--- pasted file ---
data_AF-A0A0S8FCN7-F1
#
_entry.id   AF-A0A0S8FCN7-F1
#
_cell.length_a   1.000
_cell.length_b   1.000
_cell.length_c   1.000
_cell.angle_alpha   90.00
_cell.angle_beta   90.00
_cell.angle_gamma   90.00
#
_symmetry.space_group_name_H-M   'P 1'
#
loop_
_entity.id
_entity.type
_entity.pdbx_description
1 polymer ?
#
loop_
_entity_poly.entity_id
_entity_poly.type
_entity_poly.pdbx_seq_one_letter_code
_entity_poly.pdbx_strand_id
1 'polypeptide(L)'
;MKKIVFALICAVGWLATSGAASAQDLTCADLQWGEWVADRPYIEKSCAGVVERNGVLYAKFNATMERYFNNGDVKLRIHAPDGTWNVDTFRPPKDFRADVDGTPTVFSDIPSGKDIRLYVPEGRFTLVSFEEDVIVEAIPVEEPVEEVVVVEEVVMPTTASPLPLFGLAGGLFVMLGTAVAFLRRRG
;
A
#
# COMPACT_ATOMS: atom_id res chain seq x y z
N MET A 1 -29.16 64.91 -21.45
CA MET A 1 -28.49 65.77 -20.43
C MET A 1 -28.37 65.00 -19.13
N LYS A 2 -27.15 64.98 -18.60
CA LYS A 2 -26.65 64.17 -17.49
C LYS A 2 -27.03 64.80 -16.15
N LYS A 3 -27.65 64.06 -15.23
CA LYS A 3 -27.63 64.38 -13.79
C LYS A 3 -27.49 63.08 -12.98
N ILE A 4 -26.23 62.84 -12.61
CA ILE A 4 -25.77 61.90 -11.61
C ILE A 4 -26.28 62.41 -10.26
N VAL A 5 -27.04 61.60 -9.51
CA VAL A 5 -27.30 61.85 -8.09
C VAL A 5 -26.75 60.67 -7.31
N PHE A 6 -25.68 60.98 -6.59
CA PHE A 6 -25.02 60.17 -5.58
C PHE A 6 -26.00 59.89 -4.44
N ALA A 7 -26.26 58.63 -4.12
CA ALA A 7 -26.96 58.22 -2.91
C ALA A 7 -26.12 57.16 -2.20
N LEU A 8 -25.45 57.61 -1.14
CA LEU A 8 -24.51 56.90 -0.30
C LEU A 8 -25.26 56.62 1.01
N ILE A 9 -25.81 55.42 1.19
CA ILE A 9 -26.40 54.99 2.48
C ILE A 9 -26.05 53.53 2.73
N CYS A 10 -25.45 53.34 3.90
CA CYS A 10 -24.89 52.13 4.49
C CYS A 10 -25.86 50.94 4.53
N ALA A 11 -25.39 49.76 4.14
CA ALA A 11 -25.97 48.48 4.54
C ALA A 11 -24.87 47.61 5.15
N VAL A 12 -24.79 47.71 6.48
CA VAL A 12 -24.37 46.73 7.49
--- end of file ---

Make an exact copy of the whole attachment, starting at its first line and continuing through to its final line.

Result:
data_AF-A0A0S8FCN7-F1
#
_entry.id   AF-A0A0S8FCN7-F1
#
_cell.length_a   1.000
_cell.length_b   1.000
_cell.length_c   1.000
_cell.angle_alpha   90.00
_cell.angle_beta   90.00
_cell.angle_gamma   90.00
#
_symmetry.space_group_name_H-M   'P 1'
#
loop_
_entity.id
_entity.type
_entity.pdbx_description
1 polymer ?
#
loop_
_entity_poly.entity_id
_entity_poly.type
_entity_poly.pdbx_seq_one_letter_code
_entity_poly.pdbx_strand_id
1 'polypeptide(L)'
;MKKIVFALICAVGWLATSGAASAQDLTCADLQWGEWVADRPYIEKSCAGVVERNGVLYAKFNATMERYFNNGDVKLRIHAPDGTWNVDTFRPPKDFRADVDGTPTVFSDIPSGKDIRLYVPEGRFTLVSFEEDVIVEAIPVEEPVEEVVVVEEVVMPTTASPLPLFGLAGGLFVMLGTAVAFLRRRG
;
A
#
# COMPACT_ATOMS: atom_id res chain seq x y z
N MET A 1 -29.16 64.91 -21.45
CA MET A 1 -28.49 65.77 -20.43
C MET A 1 -28.37 65.00 -19.13
N LYS A 2 -27.15 64.98 -18.60
CA LYS A 2 -26.65 64.17 -17.49
C LYS A 2 -27.03 64.80 -16.15
N LYS A 3 -27.65 64.06 -15.23
CA LYS A 3 -27.63 64.38 -13.79
C LYS A 3 -27.49 63.08 -12.98
N ILE A 4 -26.23 62.84 -12.61
CA ILE A 4 -25.77 61.90 -11.61
C ILE A 4 -26.28 62.41 -10.26
N VAL A 5 -27.04 61.60 -9.51
CA VAL A 5 -27.30 61.85 -8.09
C VAL A 5 -26.75 60.67 -7.31
N PHE A 6 -25.68 60.98 -6.59
CA PHE A 6 -25.02 60.17 -5.58
C PHE A 6 -26.00 59.89 -4.44
N ALA A 7 -26.26 58.63 -4.12
CA ALA A 7 -26.96 58.22 -2.91
C ALA A 7 -26.12 57.16 -2.20
N LEU A 8 -25.45 57.61 -1.14
CA LEU A 8 -24.51 56.90 -0.30
C LEU A 8 -25.26 56.62 1.01
N ILE A 9 -25.81 55.42 1.19
CA ILE A 9 -26.40 54.99 2.48
C ILE A 9 -26.05 53.53 2.73
N CYS A 10 -25.45 53.34 3.90
CA CYS A 10 -24.89 52.13 4.49
C CYS A 10 -25.86 50.94 4.53
N ALA A 11 -25.39 49.76 4.14
CA ALA A 11 -25.97 48.48 4.54
C ALA A 11 -24.87 47.61 5.15
N VAL A 12 -24.79 47.71 6.48
CA VAL A 12 -24.37 46.73 7.49